22 CLINICAL CASES IN MINERAL AND BONE METABOLISM The Official Journal of the Italian Society of Orthopaedics and Medicine (OrtoMed) CIC Edizioni Internazionali Roma, Italyinfo@gruppocic.ithttp://www.gruppocic.com/http://www.ccmbm.com 2017 September - December; 14(3): 298–304. ISSN: 1724-8914 ISSN: 1971-3266
Published online 2017 December 27. doi: 10.11138/ccmbm/2017.14.3.298.

Grafting and fixation of proximal humeral aseptic non union: a prospective case series

Giuseppe Rollo,1 Roberto Rotini,2 Paolo Pichierri,1 Marco Giaracuni,1 Alessandro Stasi,1 Luca Macchiarola,2 Michele Bisaccia,3 and Luigi Meccariello1

1UOC Orthopedics and Traumatology, “Vito Fazzi” Hospital, Lecce, Italy
2Shoulder and Elbow Unit, “Rizzoli” Orthopedic Institute, Bologna, Italy
3Division of Orthopedics and Trauma Surgery, University of Perugia, “S. Maria della Misericordia” Hospital, Perugia, Italy

Address for correspondence: Luigi Meccariello, MD, UOC Orthopedics and Traumatology, “Vito Fazzi” Hospital, Via Ada Cudazzo, Block: A- Floor: V, 73100 Lecce, Italy, Phone: +39 3299419574; Fax: +39 0823713864, E-mail: drlordmec@gmail.com

Summary

Background
Fractures of the proximal part of the humerus represent almost 4–5% of all fractures. The rate of non union is estimated to be 1.1 to 10%. Non union, displacement, and fixation failure can be hazardous complications for these injuries. The purpose of our study was to evaluate the outcomes of plate and bone strut allograft with bone chips grafting augmentation in the management of proximal humeral aseptic non union.

Methods
We treated 16 aseptic non union proximal humeral fractures by the medial humeral shaft bone strut allograft and lateral plate and screws with bone chips grafting. The patients’ ages were between 55 and 70 years. The chosen criteria to evaluate the group during the clinical and radiological follow-up were the quality of life measured by The Short Form (12) Health Survey (SF-12), shoulder function and related quality of life measured by the Constant Shoulder Score (CSS) compared with healthy side, bone healing measured by X-rays, and postoperative complications. The follow-up was perfor med with clinical and radiographic controls at 1, 3, 6 and 12 months. Surgical time and international units of red blood cells transfused were also calculated. The evaluation endpoint was set at 12 months.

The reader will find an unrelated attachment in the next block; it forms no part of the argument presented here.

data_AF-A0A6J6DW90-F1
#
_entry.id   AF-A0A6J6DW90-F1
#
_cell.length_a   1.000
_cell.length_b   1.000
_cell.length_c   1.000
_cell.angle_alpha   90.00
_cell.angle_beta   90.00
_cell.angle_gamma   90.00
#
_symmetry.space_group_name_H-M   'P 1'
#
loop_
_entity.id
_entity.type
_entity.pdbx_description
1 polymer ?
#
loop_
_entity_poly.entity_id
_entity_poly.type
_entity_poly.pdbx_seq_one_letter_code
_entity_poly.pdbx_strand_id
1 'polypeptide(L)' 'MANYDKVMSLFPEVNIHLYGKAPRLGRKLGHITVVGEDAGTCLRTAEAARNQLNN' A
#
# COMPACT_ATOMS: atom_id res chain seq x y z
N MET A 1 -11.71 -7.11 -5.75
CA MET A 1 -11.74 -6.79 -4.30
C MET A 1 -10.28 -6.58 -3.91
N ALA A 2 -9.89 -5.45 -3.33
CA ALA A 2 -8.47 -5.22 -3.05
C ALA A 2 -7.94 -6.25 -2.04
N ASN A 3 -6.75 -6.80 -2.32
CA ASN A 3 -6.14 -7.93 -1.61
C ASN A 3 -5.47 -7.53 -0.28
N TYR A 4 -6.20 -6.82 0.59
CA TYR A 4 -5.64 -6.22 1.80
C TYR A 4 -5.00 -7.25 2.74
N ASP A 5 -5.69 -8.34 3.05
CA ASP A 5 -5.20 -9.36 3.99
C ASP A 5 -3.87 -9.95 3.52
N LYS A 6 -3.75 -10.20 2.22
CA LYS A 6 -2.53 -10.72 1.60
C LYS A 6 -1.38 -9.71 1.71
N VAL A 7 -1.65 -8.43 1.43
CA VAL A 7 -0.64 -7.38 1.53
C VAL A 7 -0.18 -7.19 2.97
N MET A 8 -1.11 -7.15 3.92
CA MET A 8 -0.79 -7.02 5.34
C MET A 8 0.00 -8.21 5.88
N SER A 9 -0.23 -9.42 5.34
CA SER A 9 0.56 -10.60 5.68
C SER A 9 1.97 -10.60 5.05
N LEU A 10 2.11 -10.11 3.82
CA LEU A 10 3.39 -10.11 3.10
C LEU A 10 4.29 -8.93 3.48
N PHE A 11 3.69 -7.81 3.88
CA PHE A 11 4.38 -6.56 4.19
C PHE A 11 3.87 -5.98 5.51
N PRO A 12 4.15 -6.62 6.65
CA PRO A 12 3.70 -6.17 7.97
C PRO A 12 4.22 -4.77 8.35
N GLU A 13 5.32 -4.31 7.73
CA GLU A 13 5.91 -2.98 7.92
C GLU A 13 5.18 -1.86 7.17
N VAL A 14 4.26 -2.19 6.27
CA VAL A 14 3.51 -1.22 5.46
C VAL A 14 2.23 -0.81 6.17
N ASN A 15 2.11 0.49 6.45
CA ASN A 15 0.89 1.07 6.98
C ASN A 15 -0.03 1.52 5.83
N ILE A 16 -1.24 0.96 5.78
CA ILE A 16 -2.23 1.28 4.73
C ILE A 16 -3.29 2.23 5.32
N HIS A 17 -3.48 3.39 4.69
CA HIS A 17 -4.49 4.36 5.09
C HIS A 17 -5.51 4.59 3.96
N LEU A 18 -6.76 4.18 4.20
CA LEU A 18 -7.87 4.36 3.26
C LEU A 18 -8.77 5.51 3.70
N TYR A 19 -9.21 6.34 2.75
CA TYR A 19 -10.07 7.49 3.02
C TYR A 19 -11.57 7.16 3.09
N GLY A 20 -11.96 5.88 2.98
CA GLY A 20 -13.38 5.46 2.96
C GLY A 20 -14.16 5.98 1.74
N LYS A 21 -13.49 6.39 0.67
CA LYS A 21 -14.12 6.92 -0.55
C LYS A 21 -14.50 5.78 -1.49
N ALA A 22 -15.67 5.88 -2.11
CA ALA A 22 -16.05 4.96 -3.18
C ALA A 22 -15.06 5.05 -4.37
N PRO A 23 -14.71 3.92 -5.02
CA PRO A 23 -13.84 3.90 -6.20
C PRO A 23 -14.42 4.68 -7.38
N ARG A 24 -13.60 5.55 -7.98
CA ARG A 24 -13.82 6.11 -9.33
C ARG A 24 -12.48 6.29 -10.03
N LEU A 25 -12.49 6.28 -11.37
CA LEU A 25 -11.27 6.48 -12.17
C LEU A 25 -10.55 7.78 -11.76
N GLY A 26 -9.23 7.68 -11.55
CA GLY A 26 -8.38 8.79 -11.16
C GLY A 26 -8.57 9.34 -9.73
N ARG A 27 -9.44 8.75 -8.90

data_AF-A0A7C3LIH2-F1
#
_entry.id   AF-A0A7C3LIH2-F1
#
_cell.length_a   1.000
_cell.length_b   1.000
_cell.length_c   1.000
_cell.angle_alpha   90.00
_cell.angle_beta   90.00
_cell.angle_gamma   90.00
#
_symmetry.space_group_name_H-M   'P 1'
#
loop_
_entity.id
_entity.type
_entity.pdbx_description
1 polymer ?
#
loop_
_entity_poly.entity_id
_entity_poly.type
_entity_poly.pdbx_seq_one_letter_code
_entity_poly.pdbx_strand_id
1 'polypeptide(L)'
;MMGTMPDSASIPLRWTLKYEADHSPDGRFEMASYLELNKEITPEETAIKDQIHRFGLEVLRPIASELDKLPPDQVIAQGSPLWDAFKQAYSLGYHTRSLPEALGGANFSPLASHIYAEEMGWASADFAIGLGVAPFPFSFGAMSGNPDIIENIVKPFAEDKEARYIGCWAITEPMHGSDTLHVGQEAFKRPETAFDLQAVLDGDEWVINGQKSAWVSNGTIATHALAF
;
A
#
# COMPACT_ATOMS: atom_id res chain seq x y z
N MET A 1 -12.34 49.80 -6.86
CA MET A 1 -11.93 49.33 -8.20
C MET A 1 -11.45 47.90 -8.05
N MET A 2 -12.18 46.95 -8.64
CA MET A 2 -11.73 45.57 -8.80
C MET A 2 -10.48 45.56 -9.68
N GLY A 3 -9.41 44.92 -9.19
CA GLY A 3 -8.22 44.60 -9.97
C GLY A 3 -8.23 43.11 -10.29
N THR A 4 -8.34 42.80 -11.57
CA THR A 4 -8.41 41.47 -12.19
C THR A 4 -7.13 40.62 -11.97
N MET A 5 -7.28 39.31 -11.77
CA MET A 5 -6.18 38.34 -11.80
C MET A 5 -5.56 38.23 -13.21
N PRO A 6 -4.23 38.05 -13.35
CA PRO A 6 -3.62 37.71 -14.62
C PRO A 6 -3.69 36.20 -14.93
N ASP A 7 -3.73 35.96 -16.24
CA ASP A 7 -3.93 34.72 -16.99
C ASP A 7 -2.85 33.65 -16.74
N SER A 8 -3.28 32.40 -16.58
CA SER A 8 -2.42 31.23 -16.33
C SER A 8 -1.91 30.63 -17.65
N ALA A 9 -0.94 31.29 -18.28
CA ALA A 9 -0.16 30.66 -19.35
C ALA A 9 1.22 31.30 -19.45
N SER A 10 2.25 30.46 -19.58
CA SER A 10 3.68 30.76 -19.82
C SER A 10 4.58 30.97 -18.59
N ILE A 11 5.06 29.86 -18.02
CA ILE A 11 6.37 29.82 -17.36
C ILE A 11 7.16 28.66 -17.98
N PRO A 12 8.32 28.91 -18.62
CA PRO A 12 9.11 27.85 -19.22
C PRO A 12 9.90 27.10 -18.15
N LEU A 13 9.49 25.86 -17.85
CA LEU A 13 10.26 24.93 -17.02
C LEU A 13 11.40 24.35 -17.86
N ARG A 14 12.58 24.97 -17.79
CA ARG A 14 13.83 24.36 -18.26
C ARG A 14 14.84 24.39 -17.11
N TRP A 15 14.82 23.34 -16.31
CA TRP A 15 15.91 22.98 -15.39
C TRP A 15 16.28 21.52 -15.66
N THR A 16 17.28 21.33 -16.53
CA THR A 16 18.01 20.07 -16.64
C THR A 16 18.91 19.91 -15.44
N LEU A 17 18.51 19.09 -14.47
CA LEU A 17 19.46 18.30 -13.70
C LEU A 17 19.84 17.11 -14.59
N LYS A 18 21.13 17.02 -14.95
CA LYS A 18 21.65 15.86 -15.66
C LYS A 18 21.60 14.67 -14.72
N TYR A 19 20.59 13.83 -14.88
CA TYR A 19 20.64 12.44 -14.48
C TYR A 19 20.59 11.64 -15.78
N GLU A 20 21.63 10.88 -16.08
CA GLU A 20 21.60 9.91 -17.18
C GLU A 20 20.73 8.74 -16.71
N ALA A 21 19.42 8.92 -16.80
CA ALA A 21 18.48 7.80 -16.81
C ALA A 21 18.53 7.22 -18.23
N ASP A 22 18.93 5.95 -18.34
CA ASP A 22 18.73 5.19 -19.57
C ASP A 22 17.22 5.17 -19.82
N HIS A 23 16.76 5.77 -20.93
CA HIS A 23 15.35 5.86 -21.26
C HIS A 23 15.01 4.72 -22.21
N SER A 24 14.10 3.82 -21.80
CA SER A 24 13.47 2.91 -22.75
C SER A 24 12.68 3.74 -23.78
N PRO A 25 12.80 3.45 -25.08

Results
The X-rays bone healing occurred in our group on average of 126.4 days after surgery. The surgical time and blood loss were consistent with standard surgical procedures. The quality of life and functional recovery were excellent after plate and bone strut allograft.

Conclusions
Surgical techniques that increase mechanical stability, while incorporating bone biology, are effective aids for treating problematic fractural patterns.

Keywords: aseptic non union, proximal humeral fracture outcome, bone strut allograft, plate, osteosynthesis, complications

Introduction

Proximal humeral fractures represent about 4–5% of all fractures (1, 2), and are the third most common fracture type in patients with osteoporosis. Currently, the incidence is increasing in patients over 50 years of age. In patients older than 65, the mortality rate in the first year after surgery ranges from 1 to 10%. The displacement fracture patterns require surgical treatment, however this treatment is contraindicated in frail patients because they are unstable and have a high risk of displacement. According to AO principles, reduction with plate fixation is the current recommended approach (2). A recent clinical study has demonstrated that the intramedullary nail may be used in the treatment of 3 and 4 part fractures (Neer’s classification) (3).

For these injuries (2), malunion, secondary fracture displacement, and fixation failure can be dangerous complications (Figure 1). There are also various predisposing factors for the onset of these complications, which are linked to the patient and to the site of fracture. The treatment of aseptic non union, with or without necrosis of the humeral head, is challenging for orthopedic surgeons. The outcomes are often unsatisfactory, as they are associated with long-term morbidity. The purpose of our study was to evaluate the outcomes of the plate opposed to a strut allograft with morcellised bone graft in the management of aseptic non union of the proximal humerus.

Figure 1Figure 1